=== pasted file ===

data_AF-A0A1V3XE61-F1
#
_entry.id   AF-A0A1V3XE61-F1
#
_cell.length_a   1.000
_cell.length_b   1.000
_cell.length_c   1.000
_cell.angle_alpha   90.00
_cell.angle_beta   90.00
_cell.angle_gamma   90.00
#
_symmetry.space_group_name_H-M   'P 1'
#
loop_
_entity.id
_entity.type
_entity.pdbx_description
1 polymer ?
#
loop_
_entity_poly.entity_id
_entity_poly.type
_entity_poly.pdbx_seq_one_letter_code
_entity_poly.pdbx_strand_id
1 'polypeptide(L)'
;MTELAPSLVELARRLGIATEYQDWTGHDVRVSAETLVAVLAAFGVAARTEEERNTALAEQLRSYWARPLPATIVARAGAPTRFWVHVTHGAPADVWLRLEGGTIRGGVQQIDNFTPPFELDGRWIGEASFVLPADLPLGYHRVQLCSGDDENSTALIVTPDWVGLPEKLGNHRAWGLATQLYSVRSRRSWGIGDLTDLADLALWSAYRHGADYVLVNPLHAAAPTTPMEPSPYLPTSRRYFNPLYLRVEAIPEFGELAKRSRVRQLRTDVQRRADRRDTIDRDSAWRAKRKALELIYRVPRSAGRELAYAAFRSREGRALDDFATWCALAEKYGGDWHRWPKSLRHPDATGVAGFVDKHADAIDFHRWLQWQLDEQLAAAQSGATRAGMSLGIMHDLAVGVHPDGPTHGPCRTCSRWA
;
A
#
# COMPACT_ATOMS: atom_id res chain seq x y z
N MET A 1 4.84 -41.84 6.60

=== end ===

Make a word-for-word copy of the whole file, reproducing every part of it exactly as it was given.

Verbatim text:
data_AF-A0A1V3XE61-F1
#
_entry.id   AF-A0A1V3XE61-F1
#
_cell.length_a   1.000
_cell.length_b   1.000
_cell.length_c   1.000
_cell.angle_alpha   90.00
_cell.angle_beta   90.00
_cell.angle_gamma   90.00
#
_symmetry.space_group_name_H-M   'P 1'
#
loop_
_entity.id
_entity.type
_entity.pdbx_description
1 polymer ?
#
loop_
_entity_poly.entity_id
_entity_poly.type
_entity_poly.pdbx_seq_one_letter_code
_entity_poly.pdbx_strand_id
1 'polypeptide(L)'
;MTELAPSLVELARRLGIATEYQDWTGHDVRVSAETLVAVLAAFGVAARTEEERNTALAEQLRSYWARPLPATIVARAGAPTRFWVHVTHGAPADVWLRLEGGTIRGGVQQIDNFTPPFELDGRWIGEASFVLPADLPLGYHRVQLCSGDDENSTALIVTPDWVGLPEKLGNHRAWGLATQLYSVRSRRSWGIGDLTDLADLALWSAYRHGADYVLVNPLHAAAPTTPMEPSPYLPTSRRYFNPLYLRVEAIPEFGELAKRSRVRQLRTDVQRRADRRDTIDRDSAWRAKRKALELIYRVPRSAGRELAYAAFRSREGRALDDFATWCALAEKYGGDWHRWPKSLRHPDATGVAGFVDKHADAIDFHRWLQWQLDEQLAAAQSGATRAGMSLGIMHDLAVGVHPDGPTHGPCRTCSRWA
;
A
#
# COMPACT_ATOMS: atom_id res chain seq x y z
N MET A 1 4.84 -41.84 6.60